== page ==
30. The valve of claim 29 wherein the second float is movable relative to the cage and the cage has a plurality of arms of substantially the same length and fingers carried by the arms engageable with the second float to limit relative movement between the cage and second float.
Description
REFERENCE TO CO-PENDING APPLICATION

This patent application is a continuation-in-part of U.S. Pat. application Ser. No. 09/300,929, filed on Apr. 28, 1999 Now U.S. Pat. No. 6,213,100.

FIELD OF THE INVENTION

This invention relates generally to vehicle fuel systems and more particularly to a vapor vent valve for a vehicle fuel tank and a fuel pump module incorporating such a vapor vent valve.

BACKGROUND OF THE INVENTION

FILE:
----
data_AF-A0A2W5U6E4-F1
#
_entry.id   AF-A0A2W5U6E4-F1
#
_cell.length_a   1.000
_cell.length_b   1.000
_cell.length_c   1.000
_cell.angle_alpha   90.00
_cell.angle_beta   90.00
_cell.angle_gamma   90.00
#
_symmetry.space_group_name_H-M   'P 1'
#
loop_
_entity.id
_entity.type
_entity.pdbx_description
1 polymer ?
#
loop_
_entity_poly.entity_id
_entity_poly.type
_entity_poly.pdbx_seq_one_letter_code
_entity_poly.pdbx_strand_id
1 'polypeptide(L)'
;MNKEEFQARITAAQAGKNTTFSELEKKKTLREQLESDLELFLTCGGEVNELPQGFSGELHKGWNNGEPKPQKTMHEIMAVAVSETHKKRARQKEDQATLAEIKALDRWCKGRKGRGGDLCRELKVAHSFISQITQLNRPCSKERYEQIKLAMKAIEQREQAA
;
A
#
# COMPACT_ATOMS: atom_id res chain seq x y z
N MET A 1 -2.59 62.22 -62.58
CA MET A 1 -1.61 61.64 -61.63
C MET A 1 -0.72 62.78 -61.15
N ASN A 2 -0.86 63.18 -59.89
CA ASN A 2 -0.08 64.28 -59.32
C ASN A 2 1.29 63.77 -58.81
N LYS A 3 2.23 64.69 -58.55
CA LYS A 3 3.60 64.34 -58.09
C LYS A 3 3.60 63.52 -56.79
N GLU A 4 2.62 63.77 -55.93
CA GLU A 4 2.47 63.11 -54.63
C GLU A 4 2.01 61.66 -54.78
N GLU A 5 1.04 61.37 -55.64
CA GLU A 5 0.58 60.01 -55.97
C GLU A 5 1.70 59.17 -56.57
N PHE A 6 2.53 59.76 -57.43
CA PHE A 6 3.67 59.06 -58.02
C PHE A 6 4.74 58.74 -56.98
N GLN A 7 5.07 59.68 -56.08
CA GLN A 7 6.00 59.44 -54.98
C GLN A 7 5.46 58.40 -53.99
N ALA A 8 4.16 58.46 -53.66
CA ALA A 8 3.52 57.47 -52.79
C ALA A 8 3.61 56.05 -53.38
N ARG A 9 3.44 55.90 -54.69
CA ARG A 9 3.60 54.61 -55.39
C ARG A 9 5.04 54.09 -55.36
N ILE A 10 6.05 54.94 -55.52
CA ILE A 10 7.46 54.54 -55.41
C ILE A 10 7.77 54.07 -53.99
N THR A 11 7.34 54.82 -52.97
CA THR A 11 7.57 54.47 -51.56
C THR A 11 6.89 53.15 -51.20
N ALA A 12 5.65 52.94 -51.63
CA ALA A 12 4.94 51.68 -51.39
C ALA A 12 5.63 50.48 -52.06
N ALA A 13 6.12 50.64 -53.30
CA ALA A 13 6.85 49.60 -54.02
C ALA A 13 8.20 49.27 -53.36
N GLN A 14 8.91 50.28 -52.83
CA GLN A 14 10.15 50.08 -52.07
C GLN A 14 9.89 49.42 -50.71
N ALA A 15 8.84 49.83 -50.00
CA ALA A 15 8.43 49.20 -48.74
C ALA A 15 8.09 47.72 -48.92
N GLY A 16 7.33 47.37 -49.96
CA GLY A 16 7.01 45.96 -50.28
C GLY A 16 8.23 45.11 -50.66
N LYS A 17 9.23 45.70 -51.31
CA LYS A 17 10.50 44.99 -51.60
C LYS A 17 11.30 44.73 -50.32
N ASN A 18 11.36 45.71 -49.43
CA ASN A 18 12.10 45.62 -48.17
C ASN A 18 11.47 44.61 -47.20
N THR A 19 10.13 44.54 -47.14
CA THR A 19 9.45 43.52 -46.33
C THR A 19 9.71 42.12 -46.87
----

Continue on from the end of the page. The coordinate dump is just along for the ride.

Environmental concerns and governmental regulations require reduced emissions of volatile hydrocarbon fuel vapors into the atmosphere. One source of hydrocarbon fuel vapors is fuel tanks of vehicles using gasoline or other hydrocarbon fuels with high volatility. Fuel vapor can escape to the atmosphere during the filling of the tanks and usually, even after the tanks are filled. The use of an onboard vapor recovery system to remove excess fuel vapor from the fuel tank is one solution to the problem. Typically, a canister with activated charcoal therein receives fuel vapors through a valve assembly mounted in the top of the fuel tank and communicates with the intake manifold of the vehicle engine for withdrawing fuel vapor from the canister during operation of the engine. The valve assembly may have a valve responsive to the level of fuel in the tank that enables the valves to stay open at a sufficiently low fuel level to permit fuel vapors to flow from the fuel tank into the canister. As the fuel level rises during filling to approach a desired maximum fuel level or quantity of fuel in the tank, a float is raised to close the valve to prevent liquid fuel from flowing through the valve and into the vapor canister. The closed valve also prevents fuel vapor from flowing into the vapor canister. One such system is disclosed in U.S. Pat. No. 5,579,802.